By Philip Vidal


















Chinese New Year is February 16, a day by which all debts, personal and public, should be settled.  The Chicago Chinese New Year/The Year of the Dog citywide celebration includes parades, special events and performances, from February 16-March 4.











The first major Chinese exhibition at the Art Institute of Chicago in fifteen years, “Mirroring China’s Past: Emperors and Their Bronzes,” opens February 24 to members. Tao Wang, Pritzker Chair of Asian Art and Curator of Chinese Art and Executive Director of Initiatives in Asia, has assembled approximately 180 exquisite objects from public and private collections in the U.S., and museums in Beijing and Shanghai.  I have said it before:  A show like this will never be assembled again.  So see it now.  Through May 13.















I am anxious to see the ink paintings created for the Art Institute by artist Xu Longsen.  His “Light of Heaven” installation can be seen throughout the Asian galleries at the Art Institute, February 1-June 24.  Monumental in concept and scale, this is a “must see” exhibition.

Continuing our Asian theme is the orchid show at the Chicago Botanic Garden in Glencoe, “Asia in Bloom.” This annual show is always a welcome relief from Chicago’s frigid, gray and dry February weather.  February 10-March 25.















Games of the XXIII Winter Olympiad will be held in Pyeongchang, South Korea, February 9-25, but closer to home there’s ice skating at “Winterland at the Park” at thePark at Wrigley through February 25, and at the Chicago Park District outdoor ice rinks.













Dance also requires extraordinary athleticism…Joffrey Ballet’s “Modern Masters” features works by the Joffrey’s ballet master Nicholas Blanc, as well as Myles Thatcher, George Balanchine and Jerome Robins (it’s the 100th anniversary of his birth), at the Auditorium, February 7-18.














American Ballet Theatre (ABT) returns to Chicago’s Harris Theater, February 21-25.  Highlights include “Celebrate the Harris: 2018 Gala” on opening night.  The first African American female principal dancer with ABT, Misty Copeland, makes her Harris Theater debut, and “ABTKids,” a one-hour performance, introduces a new generation to dance.  ABTKids is 2:00 pm on February 24.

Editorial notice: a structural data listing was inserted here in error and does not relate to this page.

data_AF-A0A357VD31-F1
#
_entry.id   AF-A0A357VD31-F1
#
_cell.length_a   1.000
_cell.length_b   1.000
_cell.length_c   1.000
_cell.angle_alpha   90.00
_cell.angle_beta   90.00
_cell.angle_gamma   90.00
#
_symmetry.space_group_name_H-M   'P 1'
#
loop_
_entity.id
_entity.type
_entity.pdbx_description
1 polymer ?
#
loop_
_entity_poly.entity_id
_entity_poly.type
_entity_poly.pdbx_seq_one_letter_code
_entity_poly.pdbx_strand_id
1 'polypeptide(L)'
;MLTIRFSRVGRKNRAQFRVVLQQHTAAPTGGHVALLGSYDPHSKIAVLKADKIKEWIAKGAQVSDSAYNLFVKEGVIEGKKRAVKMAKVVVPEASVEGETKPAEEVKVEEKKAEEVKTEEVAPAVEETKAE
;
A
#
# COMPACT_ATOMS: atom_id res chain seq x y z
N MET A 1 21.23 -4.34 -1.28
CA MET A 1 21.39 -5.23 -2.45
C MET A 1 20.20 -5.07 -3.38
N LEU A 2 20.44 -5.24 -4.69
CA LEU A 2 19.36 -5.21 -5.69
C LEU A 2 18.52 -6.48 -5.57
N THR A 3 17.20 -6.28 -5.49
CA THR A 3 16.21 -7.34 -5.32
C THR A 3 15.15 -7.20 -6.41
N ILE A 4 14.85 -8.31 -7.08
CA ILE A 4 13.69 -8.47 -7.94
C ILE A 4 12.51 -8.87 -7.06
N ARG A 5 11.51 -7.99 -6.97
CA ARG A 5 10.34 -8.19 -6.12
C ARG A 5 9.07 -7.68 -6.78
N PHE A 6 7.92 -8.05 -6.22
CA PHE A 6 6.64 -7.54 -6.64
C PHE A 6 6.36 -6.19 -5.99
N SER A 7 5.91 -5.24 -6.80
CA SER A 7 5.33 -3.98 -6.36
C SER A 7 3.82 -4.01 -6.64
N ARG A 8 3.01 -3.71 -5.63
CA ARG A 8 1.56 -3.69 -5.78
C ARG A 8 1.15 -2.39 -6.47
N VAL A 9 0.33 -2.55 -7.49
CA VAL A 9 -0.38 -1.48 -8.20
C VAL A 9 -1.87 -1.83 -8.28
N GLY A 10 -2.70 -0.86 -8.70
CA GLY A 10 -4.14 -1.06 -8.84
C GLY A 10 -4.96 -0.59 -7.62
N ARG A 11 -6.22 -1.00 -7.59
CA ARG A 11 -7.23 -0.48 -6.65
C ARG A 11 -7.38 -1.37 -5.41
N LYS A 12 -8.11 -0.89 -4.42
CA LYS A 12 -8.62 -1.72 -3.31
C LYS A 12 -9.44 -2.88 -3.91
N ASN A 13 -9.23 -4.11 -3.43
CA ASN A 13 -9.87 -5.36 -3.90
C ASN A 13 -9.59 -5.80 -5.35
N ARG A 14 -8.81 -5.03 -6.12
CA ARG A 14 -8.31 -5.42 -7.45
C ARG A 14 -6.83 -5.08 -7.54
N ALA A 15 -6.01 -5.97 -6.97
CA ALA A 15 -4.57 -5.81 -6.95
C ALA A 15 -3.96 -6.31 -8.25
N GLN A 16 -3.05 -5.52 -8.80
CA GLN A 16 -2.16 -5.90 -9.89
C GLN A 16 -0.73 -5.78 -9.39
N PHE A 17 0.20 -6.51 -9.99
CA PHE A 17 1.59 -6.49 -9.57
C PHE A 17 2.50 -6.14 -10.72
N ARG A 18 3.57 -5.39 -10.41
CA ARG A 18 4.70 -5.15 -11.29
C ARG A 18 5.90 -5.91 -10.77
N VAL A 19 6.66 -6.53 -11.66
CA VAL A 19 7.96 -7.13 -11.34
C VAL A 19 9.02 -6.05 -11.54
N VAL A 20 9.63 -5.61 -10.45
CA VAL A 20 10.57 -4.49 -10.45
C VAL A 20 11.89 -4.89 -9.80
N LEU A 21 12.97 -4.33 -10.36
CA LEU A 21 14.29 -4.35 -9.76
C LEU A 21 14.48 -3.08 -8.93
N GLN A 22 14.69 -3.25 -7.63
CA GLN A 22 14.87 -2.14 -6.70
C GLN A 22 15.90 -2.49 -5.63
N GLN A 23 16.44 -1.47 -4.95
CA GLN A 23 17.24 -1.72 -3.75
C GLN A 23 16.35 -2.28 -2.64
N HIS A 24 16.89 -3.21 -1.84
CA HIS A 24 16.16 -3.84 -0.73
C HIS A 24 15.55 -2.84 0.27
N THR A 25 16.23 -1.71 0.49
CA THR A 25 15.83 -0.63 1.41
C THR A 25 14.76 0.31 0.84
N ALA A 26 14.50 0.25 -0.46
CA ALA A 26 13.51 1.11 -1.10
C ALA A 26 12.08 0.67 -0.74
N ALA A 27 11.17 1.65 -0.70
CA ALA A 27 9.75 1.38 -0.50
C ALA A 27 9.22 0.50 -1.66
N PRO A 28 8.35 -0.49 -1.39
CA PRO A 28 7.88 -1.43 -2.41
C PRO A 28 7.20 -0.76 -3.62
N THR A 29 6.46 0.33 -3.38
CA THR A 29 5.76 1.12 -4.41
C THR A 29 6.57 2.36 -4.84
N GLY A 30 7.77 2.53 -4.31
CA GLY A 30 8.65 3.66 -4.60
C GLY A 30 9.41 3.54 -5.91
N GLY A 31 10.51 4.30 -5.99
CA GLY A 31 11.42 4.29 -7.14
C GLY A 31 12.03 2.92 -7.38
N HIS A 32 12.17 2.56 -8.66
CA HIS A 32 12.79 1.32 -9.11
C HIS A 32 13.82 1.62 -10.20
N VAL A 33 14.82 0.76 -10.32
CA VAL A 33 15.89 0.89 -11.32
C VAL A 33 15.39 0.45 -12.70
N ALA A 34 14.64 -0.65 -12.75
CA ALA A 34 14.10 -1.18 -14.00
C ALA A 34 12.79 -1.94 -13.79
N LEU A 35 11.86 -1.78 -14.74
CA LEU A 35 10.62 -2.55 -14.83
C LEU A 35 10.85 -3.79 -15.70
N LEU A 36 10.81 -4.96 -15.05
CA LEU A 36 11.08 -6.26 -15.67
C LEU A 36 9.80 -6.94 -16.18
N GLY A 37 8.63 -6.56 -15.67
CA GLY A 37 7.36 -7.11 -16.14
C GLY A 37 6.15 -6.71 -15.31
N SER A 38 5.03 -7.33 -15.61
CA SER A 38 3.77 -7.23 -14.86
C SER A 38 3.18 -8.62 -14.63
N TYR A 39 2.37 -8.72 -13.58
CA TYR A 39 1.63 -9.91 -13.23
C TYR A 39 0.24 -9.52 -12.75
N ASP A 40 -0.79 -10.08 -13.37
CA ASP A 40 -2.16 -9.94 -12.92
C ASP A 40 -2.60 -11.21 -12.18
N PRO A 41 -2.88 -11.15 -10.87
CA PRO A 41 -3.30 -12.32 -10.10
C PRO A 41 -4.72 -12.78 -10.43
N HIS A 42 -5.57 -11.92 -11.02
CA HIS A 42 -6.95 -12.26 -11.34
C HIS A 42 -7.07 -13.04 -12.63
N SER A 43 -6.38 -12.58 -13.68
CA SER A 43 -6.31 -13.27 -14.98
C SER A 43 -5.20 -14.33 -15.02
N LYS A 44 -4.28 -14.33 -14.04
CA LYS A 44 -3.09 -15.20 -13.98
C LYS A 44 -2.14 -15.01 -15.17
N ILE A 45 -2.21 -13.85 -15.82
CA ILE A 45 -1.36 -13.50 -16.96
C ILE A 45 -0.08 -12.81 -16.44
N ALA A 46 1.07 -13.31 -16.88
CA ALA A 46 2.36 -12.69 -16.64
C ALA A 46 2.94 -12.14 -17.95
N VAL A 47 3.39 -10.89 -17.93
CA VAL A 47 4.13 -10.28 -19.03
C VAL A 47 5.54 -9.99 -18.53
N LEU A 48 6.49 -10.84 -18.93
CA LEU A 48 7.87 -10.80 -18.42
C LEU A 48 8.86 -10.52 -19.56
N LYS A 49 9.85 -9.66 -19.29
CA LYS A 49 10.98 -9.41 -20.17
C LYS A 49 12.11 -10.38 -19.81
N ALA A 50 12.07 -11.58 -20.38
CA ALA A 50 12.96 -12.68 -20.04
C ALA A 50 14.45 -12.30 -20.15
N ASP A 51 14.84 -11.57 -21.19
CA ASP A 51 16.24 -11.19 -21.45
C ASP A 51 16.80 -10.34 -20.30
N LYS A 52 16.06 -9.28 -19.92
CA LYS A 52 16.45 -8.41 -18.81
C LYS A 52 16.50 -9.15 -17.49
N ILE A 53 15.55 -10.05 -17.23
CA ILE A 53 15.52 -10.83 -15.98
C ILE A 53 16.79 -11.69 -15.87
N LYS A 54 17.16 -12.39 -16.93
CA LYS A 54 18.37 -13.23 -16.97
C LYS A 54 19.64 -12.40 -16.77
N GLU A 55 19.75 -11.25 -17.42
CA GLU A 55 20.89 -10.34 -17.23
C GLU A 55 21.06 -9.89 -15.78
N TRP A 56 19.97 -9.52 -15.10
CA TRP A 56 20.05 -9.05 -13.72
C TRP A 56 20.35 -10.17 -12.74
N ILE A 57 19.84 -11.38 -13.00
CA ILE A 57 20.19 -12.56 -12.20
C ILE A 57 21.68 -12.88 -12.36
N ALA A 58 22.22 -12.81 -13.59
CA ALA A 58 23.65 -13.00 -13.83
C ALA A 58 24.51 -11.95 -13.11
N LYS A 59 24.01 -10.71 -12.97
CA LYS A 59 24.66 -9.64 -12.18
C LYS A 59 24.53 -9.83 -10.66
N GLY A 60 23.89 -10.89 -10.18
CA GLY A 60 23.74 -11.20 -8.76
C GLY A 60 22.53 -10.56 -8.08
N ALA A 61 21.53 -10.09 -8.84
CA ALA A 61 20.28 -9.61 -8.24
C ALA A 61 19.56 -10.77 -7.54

He won’t be dancing in this role, but former ballet superstar and ABT artistic director Mikhail Baryshnikov performs in the Chicago premiere of the one-man play “Brodsky/Baryshnikov,” based on the poems of Joseph Brodsky, at the Harris Theater, February 2-4. It will be performed in Russian with English subtitles.
















To get you in the mood for St. Patrick’s Day, “Dublin Irish Dance Arts Center: Stepping Out” will be at the McAninch Art Center at the College of DuPage in Glen Ellyn on February 11, and the Irish dance group Riverdance will stage Riverdance, 20th anniversary world tour at the Rosemont Theatre, Feb 23 and 24. Chicagoan Michael Flatley was involved in the creation and choreography of the original “Riverdance.”














In January, Chicago Restaurant Week showcased Chicago’s vital restaurant scene.  In February we have Chicago Theatre Week.  Chicagoland theatres will offer reduced-priced tickets from February 8-18.  In advance of Chicago Theatre Week, my good friend Doris Timmen invited me to see “Blind Date” at the Goodman Theatre.  No, it’s not about an actual blind date, but about a meeting between Ronald Reagan and Mikhail Gorbachev. Two of my favorite local actresses are in the show; Deanna Dunagan plays Nancy Reagan and Mary Beth Fisher plays Raisa Gorbachev, through February 25.

Gary Griffin directs the world premiere of Keith Huff’s “Six Corners,” “a Chicago crime story” at American Blues Theater at Stage 773, February 16-March 25. Chicago has many so-called six corners, where three streets intersect, so I’m not sure which six corners is featured in this play.  When I was growing up, my parents would take me and my sisters to the Sears store at Six Corners – the intersection of Irving Park Road, Cicero Avenue and Milwaukee Avenue. That store is now the last Sears location in Chicago proper.
















My father would also take me and my sisters to the Chicago Auto Show at McCormick Place.  At some time before we’d leave, my father would threaten to send us to the Audy Home, aka the Cook County Juvenile Temporary Detention Center, if we didn’t behave. One of the hazards of the show was the dreaded static shock.  The dry air during the depths of Chicago’s winters, wool clothing and metal cars can be an electric combination. The 110th annual Chicago Auto Show is at McCormick Place, February 10-19.  The black-tie First Look for Charity is February 9.  The Chicago Motorcycle Show is February 9-11 at the Donald E. Stephens Convention Center in Rosemont.